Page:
Fri 16 Sep
Delphine Schmid, Kalkwerk, Strada
It sounds like an architectural dream. A material that can act as a wall, insulation and surface in one; is good for the environment; and, moreover, thanks to its structure has a special aesthetic. A fireproof material, which can be rammed monolithically into different forms, rests on a timber framework construction, and in renovated buildings fits seamless with what pre-exists. Hemp hurds, lime and vegetable carbons are materials that breathe; they create a healthy spatial climate.
Lime has been used as a building material for 14’000 years, and only fell into abeyance in the last 100 years. Lime products harden by absorbing CO2 back from the air, causing the chalk to revert to its original chemical composition.
Hemp is one of the oldest crop plants on earth, growing rapidly and thus extracting CO2 from the air. By treating it with lime, the ligneous siliceous hemp hurds mineralise and become conserved.
Vegetable carbons are produced by pyrolysis, whereby a large proportion of the vegetable carbons are transformed into stable molecular structures. Their average retention period in the ground is 1,440 to 14,500 years. By this means the material acts as a carbon sink.
After a number of years of professional work in an architectural office, I wanted to learn how to make a lime-plaster finish. I met the lime burner and sgraffato artists Joannes Wetzel, and together we founded the kalkwerk Association, with the aim of promoting regional lime burning using old craft techniques and wood as a renewable source. In 2020 we financed a lime burning via crowdfunding, and public interest grew. We then founded a company as an independent umbrella for all of our projects.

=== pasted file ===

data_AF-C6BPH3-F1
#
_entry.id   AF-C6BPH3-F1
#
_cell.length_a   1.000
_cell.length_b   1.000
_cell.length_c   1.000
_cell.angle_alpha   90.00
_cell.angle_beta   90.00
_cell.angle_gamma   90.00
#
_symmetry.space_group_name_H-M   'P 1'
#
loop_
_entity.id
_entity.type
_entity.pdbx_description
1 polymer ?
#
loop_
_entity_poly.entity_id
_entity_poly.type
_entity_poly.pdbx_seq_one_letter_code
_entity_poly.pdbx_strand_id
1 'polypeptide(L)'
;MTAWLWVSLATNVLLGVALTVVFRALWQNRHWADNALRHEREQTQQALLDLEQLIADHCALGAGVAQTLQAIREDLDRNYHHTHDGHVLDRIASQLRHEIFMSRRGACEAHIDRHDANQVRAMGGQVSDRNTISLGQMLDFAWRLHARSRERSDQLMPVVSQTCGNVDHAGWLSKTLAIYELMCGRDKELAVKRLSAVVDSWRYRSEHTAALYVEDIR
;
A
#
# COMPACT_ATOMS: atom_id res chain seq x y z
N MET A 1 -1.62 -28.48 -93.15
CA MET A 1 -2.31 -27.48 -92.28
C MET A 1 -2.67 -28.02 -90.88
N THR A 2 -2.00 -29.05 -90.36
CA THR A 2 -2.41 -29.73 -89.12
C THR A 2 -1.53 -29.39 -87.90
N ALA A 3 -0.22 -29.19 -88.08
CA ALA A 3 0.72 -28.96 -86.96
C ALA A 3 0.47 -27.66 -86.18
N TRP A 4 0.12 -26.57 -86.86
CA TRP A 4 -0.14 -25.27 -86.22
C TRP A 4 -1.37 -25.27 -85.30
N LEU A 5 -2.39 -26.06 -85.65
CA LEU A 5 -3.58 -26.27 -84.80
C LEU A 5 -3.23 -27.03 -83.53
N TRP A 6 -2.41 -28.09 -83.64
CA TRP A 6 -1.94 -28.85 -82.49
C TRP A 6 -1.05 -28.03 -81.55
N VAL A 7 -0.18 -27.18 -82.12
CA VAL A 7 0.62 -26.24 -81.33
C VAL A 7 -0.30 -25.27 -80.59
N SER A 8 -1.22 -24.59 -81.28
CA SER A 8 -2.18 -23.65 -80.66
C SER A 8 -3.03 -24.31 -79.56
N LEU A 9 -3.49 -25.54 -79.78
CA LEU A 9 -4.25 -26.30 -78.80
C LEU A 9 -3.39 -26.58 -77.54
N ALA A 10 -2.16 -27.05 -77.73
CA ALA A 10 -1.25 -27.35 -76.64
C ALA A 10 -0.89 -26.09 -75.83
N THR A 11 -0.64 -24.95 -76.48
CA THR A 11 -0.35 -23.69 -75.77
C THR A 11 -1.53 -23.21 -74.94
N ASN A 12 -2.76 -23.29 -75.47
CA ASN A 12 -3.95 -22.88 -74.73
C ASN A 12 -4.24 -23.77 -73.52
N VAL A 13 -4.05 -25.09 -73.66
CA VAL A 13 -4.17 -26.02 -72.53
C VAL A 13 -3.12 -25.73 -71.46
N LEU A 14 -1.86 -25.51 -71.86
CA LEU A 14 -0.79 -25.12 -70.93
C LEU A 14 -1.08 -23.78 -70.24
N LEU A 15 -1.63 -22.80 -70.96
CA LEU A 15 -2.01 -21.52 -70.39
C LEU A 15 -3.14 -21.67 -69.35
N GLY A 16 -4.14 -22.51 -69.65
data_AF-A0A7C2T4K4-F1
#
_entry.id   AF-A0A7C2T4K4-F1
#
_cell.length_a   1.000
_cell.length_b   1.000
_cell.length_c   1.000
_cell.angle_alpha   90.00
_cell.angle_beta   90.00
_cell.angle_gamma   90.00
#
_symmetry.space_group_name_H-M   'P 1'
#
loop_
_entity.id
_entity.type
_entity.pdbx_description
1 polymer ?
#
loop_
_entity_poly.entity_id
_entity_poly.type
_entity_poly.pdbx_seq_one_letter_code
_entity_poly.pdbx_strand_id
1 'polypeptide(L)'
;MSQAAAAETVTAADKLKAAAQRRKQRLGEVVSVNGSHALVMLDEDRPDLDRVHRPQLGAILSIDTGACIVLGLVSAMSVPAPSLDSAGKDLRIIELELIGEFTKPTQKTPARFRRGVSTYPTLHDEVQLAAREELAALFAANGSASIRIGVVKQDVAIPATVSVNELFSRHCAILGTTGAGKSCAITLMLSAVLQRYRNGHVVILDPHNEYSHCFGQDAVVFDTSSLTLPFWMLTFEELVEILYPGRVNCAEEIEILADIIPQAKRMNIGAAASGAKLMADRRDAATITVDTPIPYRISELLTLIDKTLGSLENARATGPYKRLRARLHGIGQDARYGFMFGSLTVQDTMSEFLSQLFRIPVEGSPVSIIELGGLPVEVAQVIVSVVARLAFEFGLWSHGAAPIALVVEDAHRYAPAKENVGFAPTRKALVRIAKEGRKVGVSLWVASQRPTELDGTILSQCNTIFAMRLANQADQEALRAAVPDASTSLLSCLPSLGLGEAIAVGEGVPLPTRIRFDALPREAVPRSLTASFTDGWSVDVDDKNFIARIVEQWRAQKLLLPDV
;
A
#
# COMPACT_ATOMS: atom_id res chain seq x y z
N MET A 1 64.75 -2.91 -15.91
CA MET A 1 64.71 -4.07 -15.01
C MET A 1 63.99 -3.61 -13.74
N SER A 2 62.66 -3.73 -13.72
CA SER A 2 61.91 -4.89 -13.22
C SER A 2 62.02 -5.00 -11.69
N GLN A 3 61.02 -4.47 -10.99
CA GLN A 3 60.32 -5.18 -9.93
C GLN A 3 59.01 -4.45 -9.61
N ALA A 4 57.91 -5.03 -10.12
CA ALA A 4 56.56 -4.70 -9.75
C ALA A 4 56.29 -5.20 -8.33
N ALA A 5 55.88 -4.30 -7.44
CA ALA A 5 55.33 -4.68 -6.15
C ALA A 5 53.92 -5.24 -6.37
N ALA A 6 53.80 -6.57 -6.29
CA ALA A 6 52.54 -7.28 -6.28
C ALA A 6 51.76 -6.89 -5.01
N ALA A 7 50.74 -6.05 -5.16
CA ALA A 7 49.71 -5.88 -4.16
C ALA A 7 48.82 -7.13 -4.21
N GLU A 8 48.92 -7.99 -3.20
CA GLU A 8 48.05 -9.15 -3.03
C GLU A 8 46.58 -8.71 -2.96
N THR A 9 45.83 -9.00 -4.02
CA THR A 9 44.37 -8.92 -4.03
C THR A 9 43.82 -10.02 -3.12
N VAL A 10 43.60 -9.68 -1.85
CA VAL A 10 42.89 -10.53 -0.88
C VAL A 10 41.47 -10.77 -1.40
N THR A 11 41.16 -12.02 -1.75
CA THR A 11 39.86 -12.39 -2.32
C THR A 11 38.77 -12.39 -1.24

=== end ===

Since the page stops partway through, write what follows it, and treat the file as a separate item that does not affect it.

We got to know hemp-lime builders from Germany and South Tyrol; our network of craftspeople and researchers became bigger and bigger. Soon we were also exchanging ideas with a group in Switzerland, all of whom has already gathered experience with hemp lime or were shortly about to start working with the material. It was an invaluably rich resource, allowing us to draw on knowledge and apply it in our own projects.
In the Lower Engadine the renovation of historical buildings is an important issue. To what extent can architectural interventions match the new occupancies, the energy laws and heritage preservation requirements? How can we build at all in the future without resorting to industrial building materials that are manufactured using fossil energies? With 35-cm-thick hemp-lime walls, we were able to realise a pioneering regional project with the refurbishment of a stable barn in Vnà.
Again and again, customers have asked as to apply lime finishes to Fermacell boarding. This proved for us, with our deliberate emphasis on regional materials and our own mixtures, to be a suboptimal approach. So it was that we came up with the idea of making hemp-lime boards ourselves. Through our mediation work, customers often find their way to us who appreciate natural building materials. This allows us to carry on experimenting with hemp, lime and vegetable carbons. Via the combination of architecture and manual know-how, we are able to immediately implement ideas ourselves.
Delphine Schmid, Architektin Msc ETH Arch | SWB
Delphine Schmid already acquired building supervision experience whilst studying architecture at ETH Zurich (2009–2015). Her passion for natural materials, craftwork and “the spirit of a place” led her to intensively explore rammed-earth techniques.
During her work as a project and building supervisor at bernath+ widmer Architekten, Delphine acquired valuable insights into historical conservation practices in new building and renovations. Her interest focuses on lime craftwork and the Lower Engadine, where she co-founded the kalkwerk Association in 2020. In 2021 Delphine Schmid made herself professionally independent, together with the lime renderer Joannes Wetzel, and founded the firm fabricat multifari.